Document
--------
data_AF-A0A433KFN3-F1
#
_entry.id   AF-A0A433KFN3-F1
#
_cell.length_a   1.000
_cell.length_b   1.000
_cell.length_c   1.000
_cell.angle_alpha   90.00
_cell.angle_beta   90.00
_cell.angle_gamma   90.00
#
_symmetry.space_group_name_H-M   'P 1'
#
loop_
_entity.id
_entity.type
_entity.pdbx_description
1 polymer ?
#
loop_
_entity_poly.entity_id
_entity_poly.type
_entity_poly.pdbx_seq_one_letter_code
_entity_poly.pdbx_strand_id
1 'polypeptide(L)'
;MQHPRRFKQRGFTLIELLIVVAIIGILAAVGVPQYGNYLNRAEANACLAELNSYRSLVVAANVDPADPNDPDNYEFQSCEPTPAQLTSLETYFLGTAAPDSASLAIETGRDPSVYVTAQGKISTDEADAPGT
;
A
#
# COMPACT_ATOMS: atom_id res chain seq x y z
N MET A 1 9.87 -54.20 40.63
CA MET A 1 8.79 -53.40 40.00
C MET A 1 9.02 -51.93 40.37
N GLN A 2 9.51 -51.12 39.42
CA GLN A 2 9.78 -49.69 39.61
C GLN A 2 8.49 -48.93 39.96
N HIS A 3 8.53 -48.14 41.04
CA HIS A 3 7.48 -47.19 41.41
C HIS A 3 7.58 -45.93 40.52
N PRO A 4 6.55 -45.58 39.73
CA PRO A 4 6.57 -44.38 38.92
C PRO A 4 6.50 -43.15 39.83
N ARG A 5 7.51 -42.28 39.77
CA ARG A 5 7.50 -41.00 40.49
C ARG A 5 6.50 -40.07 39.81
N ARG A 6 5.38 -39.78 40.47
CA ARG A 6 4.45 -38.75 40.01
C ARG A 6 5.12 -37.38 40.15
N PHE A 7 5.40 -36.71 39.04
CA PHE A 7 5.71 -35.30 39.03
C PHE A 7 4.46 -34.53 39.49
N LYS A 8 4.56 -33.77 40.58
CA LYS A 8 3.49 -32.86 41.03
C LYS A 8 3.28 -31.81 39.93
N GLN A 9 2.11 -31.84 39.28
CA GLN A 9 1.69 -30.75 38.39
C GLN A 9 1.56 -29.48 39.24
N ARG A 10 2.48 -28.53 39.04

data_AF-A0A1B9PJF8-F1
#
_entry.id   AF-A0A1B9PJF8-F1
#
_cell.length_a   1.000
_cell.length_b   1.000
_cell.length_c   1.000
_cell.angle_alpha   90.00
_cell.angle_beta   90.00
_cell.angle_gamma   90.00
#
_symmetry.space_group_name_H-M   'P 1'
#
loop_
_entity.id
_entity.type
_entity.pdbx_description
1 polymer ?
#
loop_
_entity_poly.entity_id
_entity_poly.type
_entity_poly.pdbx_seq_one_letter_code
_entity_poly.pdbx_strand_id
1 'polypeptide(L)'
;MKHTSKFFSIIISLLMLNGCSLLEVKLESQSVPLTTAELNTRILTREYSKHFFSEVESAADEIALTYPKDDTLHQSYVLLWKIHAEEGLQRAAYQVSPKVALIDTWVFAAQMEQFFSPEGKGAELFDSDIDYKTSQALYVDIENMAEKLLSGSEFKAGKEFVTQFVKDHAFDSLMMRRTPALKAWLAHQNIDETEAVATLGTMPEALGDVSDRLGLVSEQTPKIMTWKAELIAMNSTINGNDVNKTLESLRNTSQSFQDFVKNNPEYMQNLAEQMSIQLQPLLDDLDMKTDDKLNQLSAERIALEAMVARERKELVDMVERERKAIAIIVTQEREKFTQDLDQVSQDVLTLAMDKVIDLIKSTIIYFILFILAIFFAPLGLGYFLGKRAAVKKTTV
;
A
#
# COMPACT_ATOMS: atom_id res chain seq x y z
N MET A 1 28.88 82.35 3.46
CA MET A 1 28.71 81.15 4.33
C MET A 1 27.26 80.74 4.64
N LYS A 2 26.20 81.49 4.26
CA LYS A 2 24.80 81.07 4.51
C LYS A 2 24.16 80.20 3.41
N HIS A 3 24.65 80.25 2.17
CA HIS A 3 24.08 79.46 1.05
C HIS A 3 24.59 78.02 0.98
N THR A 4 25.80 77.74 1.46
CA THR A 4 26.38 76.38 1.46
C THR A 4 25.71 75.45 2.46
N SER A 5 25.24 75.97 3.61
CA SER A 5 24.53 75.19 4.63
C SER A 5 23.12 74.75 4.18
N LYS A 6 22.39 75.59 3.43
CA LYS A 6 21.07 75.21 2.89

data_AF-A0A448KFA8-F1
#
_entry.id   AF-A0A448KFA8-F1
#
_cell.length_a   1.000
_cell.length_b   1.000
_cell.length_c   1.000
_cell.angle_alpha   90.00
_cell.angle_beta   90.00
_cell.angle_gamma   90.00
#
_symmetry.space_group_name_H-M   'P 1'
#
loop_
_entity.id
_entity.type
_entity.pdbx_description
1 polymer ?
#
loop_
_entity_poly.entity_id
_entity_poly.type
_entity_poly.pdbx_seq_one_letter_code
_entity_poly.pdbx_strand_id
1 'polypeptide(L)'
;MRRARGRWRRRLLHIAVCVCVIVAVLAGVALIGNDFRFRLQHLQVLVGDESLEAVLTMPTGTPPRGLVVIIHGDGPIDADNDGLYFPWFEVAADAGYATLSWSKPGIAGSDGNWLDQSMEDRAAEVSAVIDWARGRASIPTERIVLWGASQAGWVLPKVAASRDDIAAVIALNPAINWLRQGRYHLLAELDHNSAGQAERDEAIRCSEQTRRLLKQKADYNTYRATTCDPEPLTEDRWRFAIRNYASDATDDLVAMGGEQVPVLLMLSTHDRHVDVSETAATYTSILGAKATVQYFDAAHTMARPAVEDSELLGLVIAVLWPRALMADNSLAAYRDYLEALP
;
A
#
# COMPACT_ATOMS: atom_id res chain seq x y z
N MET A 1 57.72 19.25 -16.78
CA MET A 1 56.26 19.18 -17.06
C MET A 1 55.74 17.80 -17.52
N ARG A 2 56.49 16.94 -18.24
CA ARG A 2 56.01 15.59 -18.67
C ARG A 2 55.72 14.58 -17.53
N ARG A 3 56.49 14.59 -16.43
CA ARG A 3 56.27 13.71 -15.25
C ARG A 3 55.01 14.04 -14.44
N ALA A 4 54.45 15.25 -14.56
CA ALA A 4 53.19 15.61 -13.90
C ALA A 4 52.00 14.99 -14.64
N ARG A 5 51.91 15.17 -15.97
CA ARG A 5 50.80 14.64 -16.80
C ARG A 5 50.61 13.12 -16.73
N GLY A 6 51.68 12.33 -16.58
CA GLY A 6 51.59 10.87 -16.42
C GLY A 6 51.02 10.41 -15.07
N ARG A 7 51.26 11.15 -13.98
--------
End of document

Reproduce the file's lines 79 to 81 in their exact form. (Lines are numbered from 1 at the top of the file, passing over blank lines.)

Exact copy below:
_entity_poly.entity_id
_entity_poly.type
_entity_poly.pdbx_seq_one_letter_code